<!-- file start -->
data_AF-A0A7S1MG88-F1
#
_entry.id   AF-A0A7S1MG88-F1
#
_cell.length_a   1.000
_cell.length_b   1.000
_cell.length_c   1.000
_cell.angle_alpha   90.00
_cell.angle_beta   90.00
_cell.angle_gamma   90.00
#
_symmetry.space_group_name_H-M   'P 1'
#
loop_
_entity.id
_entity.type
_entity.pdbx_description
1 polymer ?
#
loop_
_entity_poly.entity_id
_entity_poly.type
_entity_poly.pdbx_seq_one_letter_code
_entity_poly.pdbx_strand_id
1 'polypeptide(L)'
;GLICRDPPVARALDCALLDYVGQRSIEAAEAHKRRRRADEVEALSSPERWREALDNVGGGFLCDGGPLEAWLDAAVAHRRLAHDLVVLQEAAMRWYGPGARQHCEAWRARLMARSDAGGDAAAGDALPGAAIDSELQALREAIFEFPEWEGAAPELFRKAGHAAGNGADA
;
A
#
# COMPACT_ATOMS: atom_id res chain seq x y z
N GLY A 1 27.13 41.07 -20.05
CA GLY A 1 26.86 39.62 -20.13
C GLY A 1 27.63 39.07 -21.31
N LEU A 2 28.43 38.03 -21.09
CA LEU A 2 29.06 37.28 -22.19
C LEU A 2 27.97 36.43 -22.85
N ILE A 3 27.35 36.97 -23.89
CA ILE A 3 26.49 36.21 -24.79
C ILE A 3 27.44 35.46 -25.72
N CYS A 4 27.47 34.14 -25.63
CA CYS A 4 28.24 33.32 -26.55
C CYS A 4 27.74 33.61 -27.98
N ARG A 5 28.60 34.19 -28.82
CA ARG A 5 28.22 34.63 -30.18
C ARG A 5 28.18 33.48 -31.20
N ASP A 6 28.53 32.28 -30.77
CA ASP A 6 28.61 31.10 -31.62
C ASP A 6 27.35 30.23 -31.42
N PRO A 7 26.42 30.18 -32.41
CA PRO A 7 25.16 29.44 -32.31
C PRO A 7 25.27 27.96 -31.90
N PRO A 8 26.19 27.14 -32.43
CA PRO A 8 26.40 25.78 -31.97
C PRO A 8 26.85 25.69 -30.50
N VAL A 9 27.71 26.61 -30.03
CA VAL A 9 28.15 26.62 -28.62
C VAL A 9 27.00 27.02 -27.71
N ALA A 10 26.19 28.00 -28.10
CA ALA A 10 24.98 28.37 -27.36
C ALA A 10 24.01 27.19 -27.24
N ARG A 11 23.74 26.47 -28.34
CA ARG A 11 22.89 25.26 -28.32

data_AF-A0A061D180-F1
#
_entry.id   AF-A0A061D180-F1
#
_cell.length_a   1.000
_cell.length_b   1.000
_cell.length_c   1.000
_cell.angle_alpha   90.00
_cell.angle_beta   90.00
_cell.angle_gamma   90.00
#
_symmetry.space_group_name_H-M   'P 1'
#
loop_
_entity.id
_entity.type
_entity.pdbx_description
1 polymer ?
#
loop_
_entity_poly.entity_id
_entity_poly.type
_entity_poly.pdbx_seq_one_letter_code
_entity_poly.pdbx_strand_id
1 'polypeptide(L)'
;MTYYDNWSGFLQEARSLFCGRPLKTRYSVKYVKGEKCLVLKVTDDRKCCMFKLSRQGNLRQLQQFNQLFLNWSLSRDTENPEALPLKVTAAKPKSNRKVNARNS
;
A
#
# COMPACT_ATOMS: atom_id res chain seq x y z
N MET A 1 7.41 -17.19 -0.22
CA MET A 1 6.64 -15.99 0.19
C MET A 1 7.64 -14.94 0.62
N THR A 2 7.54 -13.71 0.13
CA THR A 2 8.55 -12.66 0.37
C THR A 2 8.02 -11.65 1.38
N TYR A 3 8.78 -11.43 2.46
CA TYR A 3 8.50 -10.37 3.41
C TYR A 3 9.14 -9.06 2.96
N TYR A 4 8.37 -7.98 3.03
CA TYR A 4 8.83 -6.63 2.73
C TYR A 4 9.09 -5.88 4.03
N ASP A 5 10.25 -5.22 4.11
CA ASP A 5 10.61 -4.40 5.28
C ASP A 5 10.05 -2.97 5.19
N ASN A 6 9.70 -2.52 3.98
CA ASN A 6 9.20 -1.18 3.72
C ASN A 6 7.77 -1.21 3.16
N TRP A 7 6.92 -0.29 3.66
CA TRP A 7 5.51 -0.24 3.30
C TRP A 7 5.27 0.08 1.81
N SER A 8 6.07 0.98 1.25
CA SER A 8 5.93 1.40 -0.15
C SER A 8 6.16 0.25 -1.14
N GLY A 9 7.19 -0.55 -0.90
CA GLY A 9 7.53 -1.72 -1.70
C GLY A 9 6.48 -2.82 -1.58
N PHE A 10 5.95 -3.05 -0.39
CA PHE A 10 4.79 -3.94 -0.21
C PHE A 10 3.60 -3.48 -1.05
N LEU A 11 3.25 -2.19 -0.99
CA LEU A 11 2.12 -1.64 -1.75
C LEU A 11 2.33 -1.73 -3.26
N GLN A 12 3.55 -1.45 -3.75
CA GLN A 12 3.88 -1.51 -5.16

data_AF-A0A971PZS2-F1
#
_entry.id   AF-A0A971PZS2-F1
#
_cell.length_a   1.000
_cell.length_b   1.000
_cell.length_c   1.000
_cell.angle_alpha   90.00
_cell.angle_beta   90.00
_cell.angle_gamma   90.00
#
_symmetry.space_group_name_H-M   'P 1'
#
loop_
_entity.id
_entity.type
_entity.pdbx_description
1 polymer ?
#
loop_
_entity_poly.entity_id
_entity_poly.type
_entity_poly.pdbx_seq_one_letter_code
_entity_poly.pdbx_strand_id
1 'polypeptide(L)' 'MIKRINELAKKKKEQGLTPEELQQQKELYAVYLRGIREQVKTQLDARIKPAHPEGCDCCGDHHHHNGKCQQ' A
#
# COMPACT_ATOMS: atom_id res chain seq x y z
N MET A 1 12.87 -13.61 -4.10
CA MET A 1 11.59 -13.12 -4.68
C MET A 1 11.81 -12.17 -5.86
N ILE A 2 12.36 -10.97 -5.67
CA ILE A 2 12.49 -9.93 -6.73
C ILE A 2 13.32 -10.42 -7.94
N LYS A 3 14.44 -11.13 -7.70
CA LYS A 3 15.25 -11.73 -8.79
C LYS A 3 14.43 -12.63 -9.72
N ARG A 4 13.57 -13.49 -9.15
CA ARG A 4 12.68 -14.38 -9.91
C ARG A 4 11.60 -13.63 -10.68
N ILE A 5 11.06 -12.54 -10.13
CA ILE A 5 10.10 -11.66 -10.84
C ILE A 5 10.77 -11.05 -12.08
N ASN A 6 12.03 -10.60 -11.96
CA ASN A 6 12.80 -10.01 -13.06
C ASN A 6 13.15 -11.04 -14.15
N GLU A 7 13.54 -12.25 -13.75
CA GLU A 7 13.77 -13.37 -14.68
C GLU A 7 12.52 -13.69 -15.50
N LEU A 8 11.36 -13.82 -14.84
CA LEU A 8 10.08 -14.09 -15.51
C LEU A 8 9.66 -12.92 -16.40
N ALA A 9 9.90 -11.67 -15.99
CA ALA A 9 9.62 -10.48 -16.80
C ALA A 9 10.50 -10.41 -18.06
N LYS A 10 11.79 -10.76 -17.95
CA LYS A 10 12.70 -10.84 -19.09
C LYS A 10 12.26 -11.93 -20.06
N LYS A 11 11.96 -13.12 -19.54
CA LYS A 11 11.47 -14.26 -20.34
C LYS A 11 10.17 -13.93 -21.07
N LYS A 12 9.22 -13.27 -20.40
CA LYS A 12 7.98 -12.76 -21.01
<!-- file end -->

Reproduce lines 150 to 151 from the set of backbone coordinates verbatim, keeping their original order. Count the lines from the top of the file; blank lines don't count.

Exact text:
_entity_poly.pdbx_seq_one_letter_code
_entity_poly.pdbx_strand_id